Q-Chem Webinar 32
Energy Decomposition Analysis in Q-Chem
Yuezhi Mao received his B.S. degree in material chemistry from Peking University in China in 2012. He then joined Prof. Martin Head-Gordon’s group at UC Berkeley and earned his PhD in chemistry in December, 2017. In the Head-Gordon group, he worked on several research projects related to density functional theory calculations and their applications to the study of intermolecular interactions. He is one of the main developers of the second-generation ALMO-EDA method and has extended ALMO-based approaches to the analysis of molecular properties. He is now a postdoctoral scholar in Prof. Tom Markland’s group at Stanford University, and his current research focuses on the study of nonadiabatic processes in the gas or condensed phase using electronic states obtained from ab initio calculations.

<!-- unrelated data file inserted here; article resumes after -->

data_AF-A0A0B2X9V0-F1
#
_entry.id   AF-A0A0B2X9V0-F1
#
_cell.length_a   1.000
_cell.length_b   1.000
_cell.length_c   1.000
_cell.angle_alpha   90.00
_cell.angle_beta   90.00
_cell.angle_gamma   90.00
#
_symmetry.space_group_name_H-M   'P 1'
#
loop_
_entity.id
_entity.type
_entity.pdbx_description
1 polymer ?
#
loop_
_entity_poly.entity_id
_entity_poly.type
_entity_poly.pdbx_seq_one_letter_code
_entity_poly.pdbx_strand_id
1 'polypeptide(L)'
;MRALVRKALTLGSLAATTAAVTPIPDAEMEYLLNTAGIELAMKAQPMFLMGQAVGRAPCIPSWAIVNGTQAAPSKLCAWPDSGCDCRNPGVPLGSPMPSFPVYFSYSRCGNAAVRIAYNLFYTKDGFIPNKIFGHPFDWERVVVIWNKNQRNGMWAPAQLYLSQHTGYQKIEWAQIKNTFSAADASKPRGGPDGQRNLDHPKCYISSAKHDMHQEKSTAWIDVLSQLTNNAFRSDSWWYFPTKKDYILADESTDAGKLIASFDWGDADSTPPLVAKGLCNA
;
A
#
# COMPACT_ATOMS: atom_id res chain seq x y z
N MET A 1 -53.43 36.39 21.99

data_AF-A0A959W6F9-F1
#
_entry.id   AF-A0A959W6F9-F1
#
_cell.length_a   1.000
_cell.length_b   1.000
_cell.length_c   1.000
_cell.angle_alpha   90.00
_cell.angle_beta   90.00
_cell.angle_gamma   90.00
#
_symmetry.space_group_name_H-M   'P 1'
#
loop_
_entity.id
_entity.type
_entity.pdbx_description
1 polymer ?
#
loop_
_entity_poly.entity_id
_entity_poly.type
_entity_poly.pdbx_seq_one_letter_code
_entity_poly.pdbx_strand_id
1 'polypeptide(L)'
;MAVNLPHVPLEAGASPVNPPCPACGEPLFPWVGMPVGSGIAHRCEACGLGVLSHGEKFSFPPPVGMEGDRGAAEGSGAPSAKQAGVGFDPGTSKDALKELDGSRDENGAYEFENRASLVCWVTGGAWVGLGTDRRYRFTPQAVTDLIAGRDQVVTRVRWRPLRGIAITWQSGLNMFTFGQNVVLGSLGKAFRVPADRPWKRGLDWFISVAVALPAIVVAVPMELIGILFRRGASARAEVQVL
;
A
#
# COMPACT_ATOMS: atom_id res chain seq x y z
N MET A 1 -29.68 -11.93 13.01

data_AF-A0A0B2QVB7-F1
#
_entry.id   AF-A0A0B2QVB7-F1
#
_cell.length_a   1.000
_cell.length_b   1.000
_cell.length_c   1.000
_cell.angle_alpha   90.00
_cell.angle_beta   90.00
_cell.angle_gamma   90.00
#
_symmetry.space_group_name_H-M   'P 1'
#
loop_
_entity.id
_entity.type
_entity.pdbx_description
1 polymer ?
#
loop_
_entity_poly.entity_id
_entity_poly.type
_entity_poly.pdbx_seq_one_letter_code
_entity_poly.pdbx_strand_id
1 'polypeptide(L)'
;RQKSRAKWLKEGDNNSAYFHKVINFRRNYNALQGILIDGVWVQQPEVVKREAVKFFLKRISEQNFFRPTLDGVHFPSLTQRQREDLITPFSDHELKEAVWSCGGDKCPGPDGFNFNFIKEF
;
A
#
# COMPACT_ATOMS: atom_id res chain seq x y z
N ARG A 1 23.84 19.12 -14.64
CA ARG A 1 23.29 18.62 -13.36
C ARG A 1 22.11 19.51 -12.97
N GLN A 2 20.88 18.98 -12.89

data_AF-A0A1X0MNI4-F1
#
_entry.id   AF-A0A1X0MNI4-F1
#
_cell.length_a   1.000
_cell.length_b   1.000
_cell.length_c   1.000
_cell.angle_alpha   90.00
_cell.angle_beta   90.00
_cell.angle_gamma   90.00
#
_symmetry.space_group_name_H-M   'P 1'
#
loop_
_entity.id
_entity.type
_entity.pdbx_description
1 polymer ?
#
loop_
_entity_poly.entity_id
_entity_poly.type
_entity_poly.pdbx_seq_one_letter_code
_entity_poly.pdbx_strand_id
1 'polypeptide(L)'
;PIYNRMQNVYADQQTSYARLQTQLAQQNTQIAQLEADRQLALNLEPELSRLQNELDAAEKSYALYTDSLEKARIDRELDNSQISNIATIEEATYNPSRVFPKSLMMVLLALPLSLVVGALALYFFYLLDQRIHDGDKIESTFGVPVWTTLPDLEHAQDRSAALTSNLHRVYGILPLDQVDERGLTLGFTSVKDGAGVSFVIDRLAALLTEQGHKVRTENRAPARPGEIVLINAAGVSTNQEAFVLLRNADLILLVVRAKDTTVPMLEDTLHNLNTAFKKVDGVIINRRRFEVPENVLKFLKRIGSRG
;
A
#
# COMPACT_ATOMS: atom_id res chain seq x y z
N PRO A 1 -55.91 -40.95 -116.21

Energy decomposition analysis (EDA) is a category of methods that can separate a total intermolecular interaction into physically meaningful components such as permanent electrostatics, Pauli repulsion, dispersion, polarization, and charge transfer, which thus can provide valuable insights into the nature of intermolecular interactions. In this webinar, I am going to introduce the family of EDA methods based on absolutely localized molecular orbitals (ALMOs), which is a unique feature of the Q-Chem software package. I will first focus on the second-generation ALMO-EDA method (“EDA2”), which is considered as a significant improvement upon the original scheme available in earlier versions of Q-Chem. Then I will go through several novel features that are recently just available, including the “adiabatic” ALMO-EDA (in contrast to the conventional “vertical” EDA) for analyzing the effects of intermolecular interactions on molecular properties, the MP2-ALMO-EDA, and the extension of ALMO-EDA to interactions involving excited-state molecules and bonded interactions. The practical aspects will be covered by going through several sample input files associated with these features, and a general discussion on how these methods should be chosen and used will be provided.